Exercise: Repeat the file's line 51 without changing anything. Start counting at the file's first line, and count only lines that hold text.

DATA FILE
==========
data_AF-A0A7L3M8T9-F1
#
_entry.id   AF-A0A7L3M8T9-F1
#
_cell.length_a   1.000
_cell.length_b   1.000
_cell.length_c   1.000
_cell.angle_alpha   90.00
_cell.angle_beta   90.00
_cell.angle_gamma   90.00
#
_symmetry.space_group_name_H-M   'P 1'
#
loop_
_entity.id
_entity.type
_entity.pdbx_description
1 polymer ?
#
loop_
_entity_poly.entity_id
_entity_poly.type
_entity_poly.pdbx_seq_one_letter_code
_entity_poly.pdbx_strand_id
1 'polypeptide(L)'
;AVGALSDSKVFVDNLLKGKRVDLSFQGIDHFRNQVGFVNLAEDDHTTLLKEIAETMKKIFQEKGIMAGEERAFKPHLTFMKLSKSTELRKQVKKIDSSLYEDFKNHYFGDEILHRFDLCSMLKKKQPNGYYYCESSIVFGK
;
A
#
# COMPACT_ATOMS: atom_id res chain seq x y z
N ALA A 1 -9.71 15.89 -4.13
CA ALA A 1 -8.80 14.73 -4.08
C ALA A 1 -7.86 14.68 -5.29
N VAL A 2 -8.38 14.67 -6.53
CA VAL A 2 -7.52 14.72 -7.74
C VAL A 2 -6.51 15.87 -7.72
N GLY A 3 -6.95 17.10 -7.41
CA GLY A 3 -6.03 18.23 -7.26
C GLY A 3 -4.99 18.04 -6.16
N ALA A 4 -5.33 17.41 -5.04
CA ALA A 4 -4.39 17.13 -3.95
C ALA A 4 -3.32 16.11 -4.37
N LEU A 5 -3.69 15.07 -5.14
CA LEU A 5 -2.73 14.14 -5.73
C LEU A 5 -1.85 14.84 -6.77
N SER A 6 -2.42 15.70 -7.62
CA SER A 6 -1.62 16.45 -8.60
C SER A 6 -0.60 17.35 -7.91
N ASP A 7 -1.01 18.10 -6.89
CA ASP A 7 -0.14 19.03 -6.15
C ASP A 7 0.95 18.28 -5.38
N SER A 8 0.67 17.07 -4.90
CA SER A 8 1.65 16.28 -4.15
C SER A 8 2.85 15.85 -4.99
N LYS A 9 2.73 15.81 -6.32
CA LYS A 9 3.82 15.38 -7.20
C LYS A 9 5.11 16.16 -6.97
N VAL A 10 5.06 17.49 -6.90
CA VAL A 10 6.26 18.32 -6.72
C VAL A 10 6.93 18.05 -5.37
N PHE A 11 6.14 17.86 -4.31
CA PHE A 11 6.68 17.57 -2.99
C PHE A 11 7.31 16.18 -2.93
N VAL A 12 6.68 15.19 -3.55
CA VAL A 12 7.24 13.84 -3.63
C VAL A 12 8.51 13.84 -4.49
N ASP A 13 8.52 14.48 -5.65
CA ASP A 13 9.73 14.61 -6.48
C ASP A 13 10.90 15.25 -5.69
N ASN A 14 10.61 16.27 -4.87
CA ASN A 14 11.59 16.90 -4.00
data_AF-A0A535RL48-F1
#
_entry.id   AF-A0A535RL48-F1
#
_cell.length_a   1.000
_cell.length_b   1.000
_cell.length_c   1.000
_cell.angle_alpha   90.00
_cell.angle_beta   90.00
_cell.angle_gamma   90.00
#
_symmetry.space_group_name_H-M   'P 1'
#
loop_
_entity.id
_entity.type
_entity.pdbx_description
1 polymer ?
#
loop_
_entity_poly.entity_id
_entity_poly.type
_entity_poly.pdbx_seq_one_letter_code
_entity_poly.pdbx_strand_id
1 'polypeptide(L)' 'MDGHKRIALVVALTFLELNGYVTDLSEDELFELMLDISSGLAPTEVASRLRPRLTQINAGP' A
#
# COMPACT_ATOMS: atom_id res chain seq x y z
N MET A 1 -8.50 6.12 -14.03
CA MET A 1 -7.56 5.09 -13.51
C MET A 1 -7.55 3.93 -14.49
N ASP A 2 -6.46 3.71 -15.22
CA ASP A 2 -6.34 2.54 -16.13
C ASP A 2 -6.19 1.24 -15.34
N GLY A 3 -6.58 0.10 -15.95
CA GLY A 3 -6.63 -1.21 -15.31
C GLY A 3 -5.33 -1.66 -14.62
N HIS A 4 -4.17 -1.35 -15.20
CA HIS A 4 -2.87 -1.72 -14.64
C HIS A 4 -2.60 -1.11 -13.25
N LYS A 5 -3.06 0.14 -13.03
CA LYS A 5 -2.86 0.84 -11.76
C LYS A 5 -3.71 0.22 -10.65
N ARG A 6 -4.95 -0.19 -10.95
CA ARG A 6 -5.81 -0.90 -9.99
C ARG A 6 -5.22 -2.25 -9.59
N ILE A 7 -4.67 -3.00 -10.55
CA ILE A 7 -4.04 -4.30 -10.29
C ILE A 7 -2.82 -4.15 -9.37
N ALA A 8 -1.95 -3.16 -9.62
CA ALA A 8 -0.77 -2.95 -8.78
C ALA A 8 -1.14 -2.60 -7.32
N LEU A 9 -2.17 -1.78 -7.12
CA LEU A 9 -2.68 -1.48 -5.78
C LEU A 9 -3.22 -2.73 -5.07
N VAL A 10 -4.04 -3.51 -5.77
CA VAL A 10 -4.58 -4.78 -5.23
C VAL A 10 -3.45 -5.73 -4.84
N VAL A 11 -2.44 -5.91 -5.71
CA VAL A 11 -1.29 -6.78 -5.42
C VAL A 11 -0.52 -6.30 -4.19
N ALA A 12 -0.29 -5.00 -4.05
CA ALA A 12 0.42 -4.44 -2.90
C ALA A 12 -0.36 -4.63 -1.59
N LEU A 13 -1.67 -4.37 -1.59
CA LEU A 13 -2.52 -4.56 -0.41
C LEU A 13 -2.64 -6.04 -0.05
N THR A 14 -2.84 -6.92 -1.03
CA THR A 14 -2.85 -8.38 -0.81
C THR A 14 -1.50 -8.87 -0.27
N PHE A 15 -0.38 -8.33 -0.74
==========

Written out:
C ASP A 7 0.95 18.28 -5.38